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U.S. misleads public, diverts attention through human rights issues
By:People's Daily Online
update:March 31,2021
March 31,2021 -- Northwest China’s Xinjiang Uygur Autonomous Region enjoys social stability, economic development, ethnic unity, and religious harmony. Residents of all ethnic groups in the region, including the Uygurs, are living peaceful and happy lives.
 
The Xinjiang-related sanctions imposed by the U.S. and its allies have interfered in China’s internal affairs and grossly distorted basic facts about the region. Anyone who seeks truth from facts and abandons the presumption of guilt can understand the real situation in the region.

 
A child riding on an electric tricycle visits a bazaar in Hami City of northwest China's Xinjiang Uygur Autonomous Region, March 20, 2021. (Xinhua/Wang Fei)
 
The total population of Xinjiang has continued to grow steadily. From 2010 to 2018, the number of permanent residents in Xinjiang increased by 13.99 percent. Among that number, the population of ethnic minorities increased by 22.14 percent.
 
The Uygur population in Xinjiang saw an increase of 25.04 percent, much higher than the 2 percent growth rate of the Han population in the region.
 
These figures clearly reveal how baseless the claim of "genocide" in Xinjiang is. The U.S. should reflect on its own history of genocide of native Indians, rather than pinning the “genocide” label on Xinjiang.
 
Xinjiang enjoys a sound development momentum. The region’s gross domestic product grew 3.4 percent year on year to about 1.38 trillion yuan (about $210 billion) in 2020. The annual per capita disposable income of urban residents stood at 34,838 yuan, up 0.5 percent from the previous year. The region also ranked first in terms of the growth rate of fixed-asset investment nationwide.
 
People’s livelihoods in Xinjiang have also steadily improved. Last year, 3.06 million rural residents living below China’s current poverty line shook off poverty, and 3,666 impoverished villages and 35 poverty-stricken counties were lifted out of poverty.
 
Furthermore, 70 percent of Xinjiang cotton is harvested by machines. Cotton farmers can order machine picking services via mobile phone applications.
 
All this data serves as the most convincing of evidence. Xinjiang has seen improvement in people’s livelihoods and economic development, and its people enjoy legitimate rights and share with other people in China the dignity of being Chinese.
 
The U.S., while touting itself as a world human rights defender, has exposed its true face in front of the COVID-19 pandemic, as it failed to guarantee the most basic rights of Americans, including the rights to life and health, let alone their dignity.
 
Despite having the most advanced medical technologies and the most abundant medical resources in the world, the U.S. failed to save its people. As of March 29, 2021, the U.S., home to less than 5 percent of the world’s population, accounted for more than one-fifth of the world’s confirmed COVID-19 cases and nearly one-fifth of the global deaths from the disease. More than 500,000 Americans have lost their lives due to the virus.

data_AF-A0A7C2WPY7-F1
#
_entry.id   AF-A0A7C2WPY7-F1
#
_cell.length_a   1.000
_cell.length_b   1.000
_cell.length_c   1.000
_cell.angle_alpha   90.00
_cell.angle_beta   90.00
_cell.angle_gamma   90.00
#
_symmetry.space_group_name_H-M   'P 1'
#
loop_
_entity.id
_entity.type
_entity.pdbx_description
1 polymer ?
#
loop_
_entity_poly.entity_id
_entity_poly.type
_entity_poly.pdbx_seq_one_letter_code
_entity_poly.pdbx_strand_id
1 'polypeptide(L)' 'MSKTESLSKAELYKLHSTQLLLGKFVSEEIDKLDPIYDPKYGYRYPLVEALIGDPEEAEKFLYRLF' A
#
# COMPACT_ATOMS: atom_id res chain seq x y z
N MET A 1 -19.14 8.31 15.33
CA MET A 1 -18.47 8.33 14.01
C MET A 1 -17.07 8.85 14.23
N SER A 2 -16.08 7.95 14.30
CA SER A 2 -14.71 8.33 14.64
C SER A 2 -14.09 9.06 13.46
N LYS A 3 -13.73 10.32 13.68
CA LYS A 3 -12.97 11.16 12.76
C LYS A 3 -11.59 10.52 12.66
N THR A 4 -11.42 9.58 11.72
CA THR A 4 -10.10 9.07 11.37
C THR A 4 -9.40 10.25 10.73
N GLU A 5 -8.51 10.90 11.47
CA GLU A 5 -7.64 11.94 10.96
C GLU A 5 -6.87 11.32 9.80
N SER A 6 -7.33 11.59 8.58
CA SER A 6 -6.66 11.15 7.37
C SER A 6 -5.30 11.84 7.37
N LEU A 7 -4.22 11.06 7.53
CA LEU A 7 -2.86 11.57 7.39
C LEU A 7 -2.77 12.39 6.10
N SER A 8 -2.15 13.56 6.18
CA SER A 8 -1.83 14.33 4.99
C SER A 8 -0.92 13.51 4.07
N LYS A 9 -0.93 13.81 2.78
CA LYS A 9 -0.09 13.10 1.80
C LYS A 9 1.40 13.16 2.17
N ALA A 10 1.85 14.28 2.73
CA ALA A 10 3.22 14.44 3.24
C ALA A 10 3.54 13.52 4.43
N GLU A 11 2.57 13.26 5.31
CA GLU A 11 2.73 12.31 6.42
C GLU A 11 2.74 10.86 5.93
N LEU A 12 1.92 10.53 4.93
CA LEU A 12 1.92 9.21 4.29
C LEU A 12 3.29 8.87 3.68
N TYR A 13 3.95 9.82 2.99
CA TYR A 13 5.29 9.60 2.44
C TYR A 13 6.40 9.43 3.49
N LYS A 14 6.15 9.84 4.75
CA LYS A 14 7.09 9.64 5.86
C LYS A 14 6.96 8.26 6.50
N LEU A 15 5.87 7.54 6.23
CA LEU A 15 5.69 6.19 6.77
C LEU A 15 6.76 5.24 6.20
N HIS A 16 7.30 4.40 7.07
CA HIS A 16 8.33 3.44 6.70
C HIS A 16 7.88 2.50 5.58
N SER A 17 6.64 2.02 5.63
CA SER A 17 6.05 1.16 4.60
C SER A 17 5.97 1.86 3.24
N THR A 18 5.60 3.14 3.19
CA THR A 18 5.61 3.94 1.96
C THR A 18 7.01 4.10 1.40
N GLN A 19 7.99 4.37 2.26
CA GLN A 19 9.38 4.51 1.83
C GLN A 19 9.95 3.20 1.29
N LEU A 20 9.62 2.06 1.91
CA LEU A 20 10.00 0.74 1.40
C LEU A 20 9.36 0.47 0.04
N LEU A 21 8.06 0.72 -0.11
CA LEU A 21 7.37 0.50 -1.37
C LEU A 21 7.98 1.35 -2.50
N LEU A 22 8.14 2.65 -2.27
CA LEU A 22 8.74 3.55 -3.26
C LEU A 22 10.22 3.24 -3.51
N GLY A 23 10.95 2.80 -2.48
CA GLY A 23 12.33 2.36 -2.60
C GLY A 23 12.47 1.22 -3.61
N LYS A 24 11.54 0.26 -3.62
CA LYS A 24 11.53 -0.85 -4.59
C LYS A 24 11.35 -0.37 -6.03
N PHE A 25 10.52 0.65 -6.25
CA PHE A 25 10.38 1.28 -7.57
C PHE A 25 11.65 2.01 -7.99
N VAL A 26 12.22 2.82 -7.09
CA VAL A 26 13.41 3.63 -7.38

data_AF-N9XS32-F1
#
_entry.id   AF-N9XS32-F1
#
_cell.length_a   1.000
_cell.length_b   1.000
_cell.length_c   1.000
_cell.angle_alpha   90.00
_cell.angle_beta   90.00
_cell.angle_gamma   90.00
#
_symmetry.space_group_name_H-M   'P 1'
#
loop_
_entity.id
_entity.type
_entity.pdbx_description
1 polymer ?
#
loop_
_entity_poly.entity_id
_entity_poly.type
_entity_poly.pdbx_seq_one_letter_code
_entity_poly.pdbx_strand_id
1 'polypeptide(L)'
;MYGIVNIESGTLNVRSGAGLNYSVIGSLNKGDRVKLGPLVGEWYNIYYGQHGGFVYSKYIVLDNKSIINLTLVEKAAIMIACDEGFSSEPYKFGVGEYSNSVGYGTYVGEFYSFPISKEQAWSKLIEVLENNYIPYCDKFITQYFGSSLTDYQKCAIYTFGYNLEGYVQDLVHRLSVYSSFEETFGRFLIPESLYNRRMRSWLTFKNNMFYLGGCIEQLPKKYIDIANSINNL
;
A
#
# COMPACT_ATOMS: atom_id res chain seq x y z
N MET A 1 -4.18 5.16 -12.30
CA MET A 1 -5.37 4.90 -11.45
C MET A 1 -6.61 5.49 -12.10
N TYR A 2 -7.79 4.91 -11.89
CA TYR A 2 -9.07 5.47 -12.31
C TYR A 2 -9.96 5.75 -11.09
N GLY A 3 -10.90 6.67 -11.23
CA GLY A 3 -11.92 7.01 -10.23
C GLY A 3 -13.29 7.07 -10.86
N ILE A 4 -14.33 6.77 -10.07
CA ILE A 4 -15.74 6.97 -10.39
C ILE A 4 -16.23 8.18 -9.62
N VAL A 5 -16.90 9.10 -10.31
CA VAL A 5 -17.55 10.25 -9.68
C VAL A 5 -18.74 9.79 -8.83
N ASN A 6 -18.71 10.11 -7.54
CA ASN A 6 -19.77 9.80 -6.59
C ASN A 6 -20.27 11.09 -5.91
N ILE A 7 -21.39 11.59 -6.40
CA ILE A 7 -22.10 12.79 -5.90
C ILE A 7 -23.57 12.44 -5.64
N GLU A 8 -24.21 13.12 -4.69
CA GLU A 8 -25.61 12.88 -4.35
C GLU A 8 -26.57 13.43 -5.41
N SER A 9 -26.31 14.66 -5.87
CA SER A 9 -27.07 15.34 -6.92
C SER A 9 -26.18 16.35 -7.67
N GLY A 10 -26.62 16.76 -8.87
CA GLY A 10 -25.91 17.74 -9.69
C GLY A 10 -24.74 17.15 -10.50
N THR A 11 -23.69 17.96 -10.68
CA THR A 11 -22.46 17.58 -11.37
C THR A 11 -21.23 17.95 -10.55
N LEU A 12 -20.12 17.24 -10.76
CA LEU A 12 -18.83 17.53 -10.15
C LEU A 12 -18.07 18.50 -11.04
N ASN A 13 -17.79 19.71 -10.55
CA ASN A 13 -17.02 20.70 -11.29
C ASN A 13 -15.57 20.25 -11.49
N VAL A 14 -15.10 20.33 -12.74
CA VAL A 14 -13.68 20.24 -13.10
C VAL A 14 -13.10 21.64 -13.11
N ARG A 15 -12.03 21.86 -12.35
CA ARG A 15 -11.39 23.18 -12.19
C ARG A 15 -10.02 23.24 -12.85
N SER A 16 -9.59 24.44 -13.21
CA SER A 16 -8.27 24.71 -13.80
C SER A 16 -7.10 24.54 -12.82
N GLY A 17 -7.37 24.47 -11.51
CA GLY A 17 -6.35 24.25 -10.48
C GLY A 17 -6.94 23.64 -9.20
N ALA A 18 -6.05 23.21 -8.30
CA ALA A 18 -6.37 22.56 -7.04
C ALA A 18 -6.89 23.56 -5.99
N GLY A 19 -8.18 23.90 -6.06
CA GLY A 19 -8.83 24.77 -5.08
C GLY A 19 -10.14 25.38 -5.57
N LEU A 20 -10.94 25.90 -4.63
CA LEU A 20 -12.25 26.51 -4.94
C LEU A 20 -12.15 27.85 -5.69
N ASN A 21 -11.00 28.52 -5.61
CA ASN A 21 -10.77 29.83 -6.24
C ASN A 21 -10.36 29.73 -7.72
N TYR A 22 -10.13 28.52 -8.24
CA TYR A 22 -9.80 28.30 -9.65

The U.S. seems to champion the slogan of “all being equal”, but fails to give fair treatment to African Americans. The pandemic has further exposed the systemic racial discrimination in American society.
 
African Americans are three times as likely as whites to be infected with the coronavirus, and twice as likely to die from it. The rights of American Indians are violated and Asian Americans are being bullied, while hate crimes remain at a high level.
 
U.S. police officers take an oath to protect citizens’ lives and property, but at the same time, they point guns at Americans.
 
American police shot and killed a total of 1,127 people in 2020, with no killings reported in just 18 days of that year, according to Mapping Police Violence, a research and advocacy group. African Americans made up 13 percent of the U.S. population, but accounted for 28 percent of the people killed by the police. African Americans were three times as likely as white Americans to be killed by police.
 
The U.S., though dubbing itself “a lecturer on human rights”, turns a blind eye to the forced separation of migrant families along the U.S.-Mexico border.
 
According to U.S. media, of the 266,000 immigrant kids who were held in custody by the U.S. government in recent years, more than 25,000 had been detained for longer than 100 days.
 
The U.S. claims to value human rights, but does not care about the lives of ordinary people. This is not protection of human rights, but shows that America’s intention behind smearing Xinjiang is to shift domestic attention and cover up its own serious human rights violations.
 
Perhaps the seemingly successful U.S. style of human rights has made the country feel morally right and serves as a strategic tool for Washington to infringe on the interests of other countries. However, in China, a people-centered concept of human rights is upheld by the Chinese people, as it better protects the fundamental interests of the largest possible number of Chinese people, and reflects the essence of human rights.
 
If the U.S. truly cares about human rights, it should, in line with the principle of mutual respect, deliver on its commitment and advance the global human rights cause. After all, any efforts made to protect human rights will end up being pointless if they fail to serve the people.
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